Summer time can mean a lot of toxic plants for your pet are growing. Toxic mushrooms grow in many areas of the country, so be vigilant about removing them from your yard. Many plants (and all bulbs) are also toxic. Bulbs look a lot like dog toys, so keep them out of reach!

Summer also brings chemical hazards. Antifreeze is particularly deadly, so leaky cars are a hazard. Make sure to clean up any spills immediately. This is the also the time of year when people are using fertilizers, mulches, and pesticides in yards and on lawns. While professionals will usually put flags up, do-it-yourselfers might not. Don’t let your dog wander in other yards where chemicals or cocoa mulch (toxic if ingested) might be used.

If you fear your pet has ingested something poisonous, contact the ASPCA Animal Poison Control Center: (888) 426-4435.

6. Watch Out for Critters

Walking and hiking with your dog in summer increases the chances of encountering unpleasant or even dangerous wildlife, such as skunks (which can carry rabies) and porcupines (which can quill your pet).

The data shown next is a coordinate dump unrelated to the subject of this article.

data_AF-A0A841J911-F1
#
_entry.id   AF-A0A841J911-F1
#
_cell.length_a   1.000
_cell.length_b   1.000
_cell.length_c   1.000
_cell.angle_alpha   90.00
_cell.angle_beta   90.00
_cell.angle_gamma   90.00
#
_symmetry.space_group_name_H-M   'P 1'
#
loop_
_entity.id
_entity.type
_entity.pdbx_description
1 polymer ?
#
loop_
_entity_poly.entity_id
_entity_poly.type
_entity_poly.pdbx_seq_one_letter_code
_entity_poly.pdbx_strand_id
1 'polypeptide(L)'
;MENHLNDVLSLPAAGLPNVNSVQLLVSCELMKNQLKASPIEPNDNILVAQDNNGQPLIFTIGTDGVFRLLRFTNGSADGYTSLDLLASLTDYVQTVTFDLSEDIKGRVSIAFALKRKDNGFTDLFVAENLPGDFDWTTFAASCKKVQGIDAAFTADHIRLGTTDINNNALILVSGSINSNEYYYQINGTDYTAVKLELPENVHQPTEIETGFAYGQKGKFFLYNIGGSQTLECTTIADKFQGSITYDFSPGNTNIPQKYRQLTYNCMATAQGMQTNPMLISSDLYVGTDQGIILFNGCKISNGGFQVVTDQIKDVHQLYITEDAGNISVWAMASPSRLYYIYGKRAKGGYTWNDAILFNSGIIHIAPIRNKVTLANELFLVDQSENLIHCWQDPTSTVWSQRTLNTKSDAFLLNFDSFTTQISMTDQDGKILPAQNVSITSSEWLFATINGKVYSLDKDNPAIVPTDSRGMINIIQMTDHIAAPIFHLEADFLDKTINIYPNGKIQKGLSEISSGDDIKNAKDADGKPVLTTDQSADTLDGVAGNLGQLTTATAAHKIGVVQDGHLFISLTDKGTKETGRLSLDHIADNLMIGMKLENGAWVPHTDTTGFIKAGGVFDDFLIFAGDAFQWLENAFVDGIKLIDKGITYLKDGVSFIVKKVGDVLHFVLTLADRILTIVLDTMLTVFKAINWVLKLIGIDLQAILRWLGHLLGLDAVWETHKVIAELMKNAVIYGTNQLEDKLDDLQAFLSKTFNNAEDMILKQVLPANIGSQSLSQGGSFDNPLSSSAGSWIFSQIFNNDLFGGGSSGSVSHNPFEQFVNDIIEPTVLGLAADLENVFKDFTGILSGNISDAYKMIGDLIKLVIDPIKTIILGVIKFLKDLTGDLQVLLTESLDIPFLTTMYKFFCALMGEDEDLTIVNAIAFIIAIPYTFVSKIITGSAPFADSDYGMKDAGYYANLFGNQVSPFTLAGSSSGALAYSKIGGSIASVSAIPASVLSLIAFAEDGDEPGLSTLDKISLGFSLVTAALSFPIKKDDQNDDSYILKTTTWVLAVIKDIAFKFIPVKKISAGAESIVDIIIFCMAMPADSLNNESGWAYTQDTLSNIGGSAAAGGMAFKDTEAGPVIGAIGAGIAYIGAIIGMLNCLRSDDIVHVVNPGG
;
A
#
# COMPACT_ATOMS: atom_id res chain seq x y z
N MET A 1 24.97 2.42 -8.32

Venomous critters like spiders, scorpions, and rattlesnakes are always of concern. Some toads have poisons on their skin that can be deadly even if your pet merely licks at the toad. Toads come out in wet weather and when it’s dark, so be especially careful when letting your dog out at these times.

7. Don’t Let Burrs Get Buried

Summer grasses often produce sticky or spiky seed cases. Foxtails and burrs can get caught in the paws or fur and work their way into, and sometimes even through, the skin. Foxtails have been known to work their way inside the chest or abdomen, where infection can be life-threatening. Check your pet after every outing to ensure its fur isn’t harboring any of these nasty items.

Since your pet will be walking around a lot more in the nice weather, make sure you're checking their paws regularly. Healthy paw care is essential.

8. Drive Safely with Your Pets